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"Jim Wallwork, Glider Pilot Regiment" Topic

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©1994-2019 Bill Armintrout
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Jemima Fawr Inactive Member26 Jan 2013 10:23 p.m. PST


Jim Wallwork, the captain of Glider No.1 during Operation 'Deadstick' (the assault on the Orne Canal and River Bridges at Benouville) passed away on Friday.


I was lucky to meet him as a cadet glider pilot during the 1980s and he was a true inspiration to me then, as he will remain to be. He told us that he only became a glider pilot "because it was an extra 2s/6d per day". However, he went on to say, with a chuckle and glint in his eye, that "It wasn't enough"!

Nevertheless, for someone who only did it for a few extra bob, he performed what Air Marshal Leigh-Mallory described as "the most audacious piece of flying of WW2": Landing on a tiny, waterlogged LZ in a heavy, unpowered transport aircraft, at midnight, without any visual or navigational aids other than a compass, with a tailwind and in extremely close proximity to the enemy… and then, not only to do all that, but also to breach the enemy wire with the aircraft…

He truly lived up to the Glider Pilot Regiment's motto: 'Nihil est Impossibilis' ('Nothing is Impossible').

God's Speed, Sir.


SECURITY MINISTER CRITTER Inactive Member26 Jan 2013 11:55 p.m. PST

RIP Sir.

zoneofcontrol Inactive Member27 Jan 2013 6:50 a.m. PST

I often wondered how the operation would have turned out if he and the other pilots had not all but parked their gliders on the canal bridge deck. If they landed farther away and given the garrison time to react, there may have been more of a fight for the bridge. That in turn may have given the German armor more of a chance to form up, probe and make it a much more costly venture. As it turned out they landed so close as to be in amongst the Germans right off the bat. It was as if they dropped down the chimney and the element of surprise by a force highly trained and motivated carried the objective. They also aquitted themselves well after seizing the objective. Great men…all.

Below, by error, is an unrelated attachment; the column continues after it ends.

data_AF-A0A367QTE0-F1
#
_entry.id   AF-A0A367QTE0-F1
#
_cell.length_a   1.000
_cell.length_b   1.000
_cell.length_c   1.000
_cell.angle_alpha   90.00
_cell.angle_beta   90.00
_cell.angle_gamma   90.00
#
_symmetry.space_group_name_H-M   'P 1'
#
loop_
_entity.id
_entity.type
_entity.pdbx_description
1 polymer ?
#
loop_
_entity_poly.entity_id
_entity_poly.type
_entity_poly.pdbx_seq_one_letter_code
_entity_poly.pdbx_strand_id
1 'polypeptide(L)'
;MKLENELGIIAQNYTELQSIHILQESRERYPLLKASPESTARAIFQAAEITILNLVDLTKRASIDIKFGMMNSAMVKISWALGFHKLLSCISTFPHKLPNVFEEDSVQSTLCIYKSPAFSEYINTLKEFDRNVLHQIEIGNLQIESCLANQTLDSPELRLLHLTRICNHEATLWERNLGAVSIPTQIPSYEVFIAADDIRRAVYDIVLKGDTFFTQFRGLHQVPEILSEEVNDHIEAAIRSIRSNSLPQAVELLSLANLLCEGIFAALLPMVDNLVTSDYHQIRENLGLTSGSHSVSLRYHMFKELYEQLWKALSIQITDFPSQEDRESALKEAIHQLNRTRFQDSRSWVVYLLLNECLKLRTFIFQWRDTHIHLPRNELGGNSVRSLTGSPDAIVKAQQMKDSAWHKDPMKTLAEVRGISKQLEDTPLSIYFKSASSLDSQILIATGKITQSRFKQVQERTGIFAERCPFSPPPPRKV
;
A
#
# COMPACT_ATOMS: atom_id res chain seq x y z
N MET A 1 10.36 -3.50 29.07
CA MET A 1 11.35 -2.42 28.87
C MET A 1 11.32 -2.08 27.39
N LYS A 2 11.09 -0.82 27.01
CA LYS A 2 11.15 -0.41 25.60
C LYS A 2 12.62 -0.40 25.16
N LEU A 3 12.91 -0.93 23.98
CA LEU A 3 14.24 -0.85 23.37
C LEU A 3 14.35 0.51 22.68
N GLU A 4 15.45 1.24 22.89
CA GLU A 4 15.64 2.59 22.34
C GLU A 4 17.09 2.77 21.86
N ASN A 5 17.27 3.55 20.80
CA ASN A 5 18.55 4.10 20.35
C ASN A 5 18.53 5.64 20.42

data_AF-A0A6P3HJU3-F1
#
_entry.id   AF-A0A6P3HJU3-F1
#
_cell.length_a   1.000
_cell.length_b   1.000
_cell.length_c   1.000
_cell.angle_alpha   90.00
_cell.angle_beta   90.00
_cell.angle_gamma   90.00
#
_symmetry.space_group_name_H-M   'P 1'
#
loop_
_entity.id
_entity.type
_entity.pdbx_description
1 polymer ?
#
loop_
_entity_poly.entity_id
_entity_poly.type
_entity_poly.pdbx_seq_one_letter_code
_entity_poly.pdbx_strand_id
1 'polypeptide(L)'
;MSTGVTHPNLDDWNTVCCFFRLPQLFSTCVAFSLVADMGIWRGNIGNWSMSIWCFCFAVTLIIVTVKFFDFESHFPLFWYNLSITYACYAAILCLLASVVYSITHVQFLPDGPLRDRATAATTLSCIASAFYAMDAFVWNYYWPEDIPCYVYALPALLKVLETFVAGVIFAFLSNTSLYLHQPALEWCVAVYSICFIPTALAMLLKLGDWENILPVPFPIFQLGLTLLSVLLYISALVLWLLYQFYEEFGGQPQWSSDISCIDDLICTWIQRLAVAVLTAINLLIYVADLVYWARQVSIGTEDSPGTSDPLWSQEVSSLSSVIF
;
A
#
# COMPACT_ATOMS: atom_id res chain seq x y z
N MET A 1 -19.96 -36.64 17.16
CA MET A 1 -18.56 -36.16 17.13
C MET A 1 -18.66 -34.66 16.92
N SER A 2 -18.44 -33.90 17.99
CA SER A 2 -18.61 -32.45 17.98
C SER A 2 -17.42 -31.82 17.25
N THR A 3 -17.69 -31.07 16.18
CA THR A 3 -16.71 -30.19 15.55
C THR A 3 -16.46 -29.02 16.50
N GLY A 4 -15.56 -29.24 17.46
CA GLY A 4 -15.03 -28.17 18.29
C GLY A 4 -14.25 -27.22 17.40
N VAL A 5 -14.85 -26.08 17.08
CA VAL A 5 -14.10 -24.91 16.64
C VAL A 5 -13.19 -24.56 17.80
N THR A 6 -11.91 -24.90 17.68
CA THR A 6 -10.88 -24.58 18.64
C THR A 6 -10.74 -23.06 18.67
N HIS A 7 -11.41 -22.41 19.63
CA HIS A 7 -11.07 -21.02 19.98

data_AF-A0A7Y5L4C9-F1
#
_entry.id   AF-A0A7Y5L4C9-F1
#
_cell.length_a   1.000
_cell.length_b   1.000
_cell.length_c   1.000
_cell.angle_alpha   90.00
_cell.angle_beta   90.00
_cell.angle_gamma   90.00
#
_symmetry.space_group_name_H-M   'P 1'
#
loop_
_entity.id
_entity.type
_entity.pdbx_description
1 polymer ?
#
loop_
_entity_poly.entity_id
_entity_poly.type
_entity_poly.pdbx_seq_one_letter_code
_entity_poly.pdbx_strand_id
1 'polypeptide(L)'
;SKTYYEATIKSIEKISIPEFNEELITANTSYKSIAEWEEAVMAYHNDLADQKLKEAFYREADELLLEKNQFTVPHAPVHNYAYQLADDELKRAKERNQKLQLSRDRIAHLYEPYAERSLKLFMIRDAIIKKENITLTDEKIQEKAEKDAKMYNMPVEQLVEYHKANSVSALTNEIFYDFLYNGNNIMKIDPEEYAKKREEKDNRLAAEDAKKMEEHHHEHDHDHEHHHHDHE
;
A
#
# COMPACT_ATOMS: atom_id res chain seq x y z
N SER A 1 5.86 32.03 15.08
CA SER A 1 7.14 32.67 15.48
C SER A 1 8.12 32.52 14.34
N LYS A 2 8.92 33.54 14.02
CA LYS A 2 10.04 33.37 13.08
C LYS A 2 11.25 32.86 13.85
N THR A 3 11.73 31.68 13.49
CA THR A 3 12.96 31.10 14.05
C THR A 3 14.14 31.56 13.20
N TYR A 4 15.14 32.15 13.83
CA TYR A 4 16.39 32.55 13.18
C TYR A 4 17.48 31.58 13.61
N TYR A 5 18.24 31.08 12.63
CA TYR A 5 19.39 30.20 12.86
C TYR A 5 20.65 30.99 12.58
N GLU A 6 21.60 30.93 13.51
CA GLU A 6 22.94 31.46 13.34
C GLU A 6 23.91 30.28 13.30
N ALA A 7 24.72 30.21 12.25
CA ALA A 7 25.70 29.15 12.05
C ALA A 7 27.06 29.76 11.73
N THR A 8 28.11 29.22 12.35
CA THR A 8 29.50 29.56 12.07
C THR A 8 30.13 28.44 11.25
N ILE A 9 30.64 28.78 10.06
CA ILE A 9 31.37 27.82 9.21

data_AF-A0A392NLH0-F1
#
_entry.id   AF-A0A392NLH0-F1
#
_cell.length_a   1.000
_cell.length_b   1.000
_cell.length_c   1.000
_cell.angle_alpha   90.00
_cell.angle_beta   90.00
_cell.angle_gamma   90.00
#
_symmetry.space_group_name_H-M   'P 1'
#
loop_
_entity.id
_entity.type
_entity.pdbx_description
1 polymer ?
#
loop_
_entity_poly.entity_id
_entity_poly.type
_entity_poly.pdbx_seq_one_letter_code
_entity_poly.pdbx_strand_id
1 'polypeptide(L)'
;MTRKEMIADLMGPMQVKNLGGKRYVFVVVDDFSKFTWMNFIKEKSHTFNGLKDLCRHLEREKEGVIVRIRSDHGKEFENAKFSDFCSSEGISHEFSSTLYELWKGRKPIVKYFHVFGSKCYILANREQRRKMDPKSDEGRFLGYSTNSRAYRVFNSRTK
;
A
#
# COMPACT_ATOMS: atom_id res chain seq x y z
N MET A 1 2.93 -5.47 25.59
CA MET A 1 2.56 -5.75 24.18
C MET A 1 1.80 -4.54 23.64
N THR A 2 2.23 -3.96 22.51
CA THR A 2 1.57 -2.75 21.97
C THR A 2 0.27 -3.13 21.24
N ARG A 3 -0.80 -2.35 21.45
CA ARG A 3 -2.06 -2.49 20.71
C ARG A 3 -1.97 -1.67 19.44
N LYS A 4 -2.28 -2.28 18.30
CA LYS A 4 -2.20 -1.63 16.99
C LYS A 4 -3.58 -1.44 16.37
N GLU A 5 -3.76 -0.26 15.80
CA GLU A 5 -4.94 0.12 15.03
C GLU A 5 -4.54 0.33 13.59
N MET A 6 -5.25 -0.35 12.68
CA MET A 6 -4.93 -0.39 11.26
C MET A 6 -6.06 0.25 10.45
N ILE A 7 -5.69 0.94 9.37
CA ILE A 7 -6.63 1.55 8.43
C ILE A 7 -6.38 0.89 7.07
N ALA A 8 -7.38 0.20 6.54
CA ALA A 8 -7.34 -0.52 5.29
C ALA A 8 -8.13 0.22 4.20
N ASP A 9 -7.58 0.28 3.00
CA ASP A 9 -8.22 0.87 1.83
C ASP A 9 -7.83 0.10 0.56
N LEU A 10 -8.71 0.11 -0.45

PzGeneral27 Jan 2013 6:50 a.m. PST

There is an article about the operation in this month's WW II History. It and his linked Obit list him as a Sergeant. It also says he and his Co-Pilot were the first British soldiers to return to French soil on D-Day because the flight crew got thrown out of the cockpit upon landing.

God Bless you, Sir

Oddball27 Jan 2013 7:35 a.m. PST

Rest in Peace.

When I was in Normandy I was shocked to see the landing spot of the gliders near the bridges. They did drop them right next to the bridges.

AzSteven28 Jan 2013 7:52 a.m. PST

I met him at the 1999 GI Joe Convention in Kansas City. A remarkably nice man, and happy to share his story without aggrandizing himself. He autographed the box cover of my convention set (which was a pair of 12" figures representing a British glider trooper and a German sentry from Pegasus Bridge).

Tom Bryant01 Feb 2013 10:20 a.m. PST

Godspeed and Fair Winds sir. We thank you for your service and pray we may be worthy.

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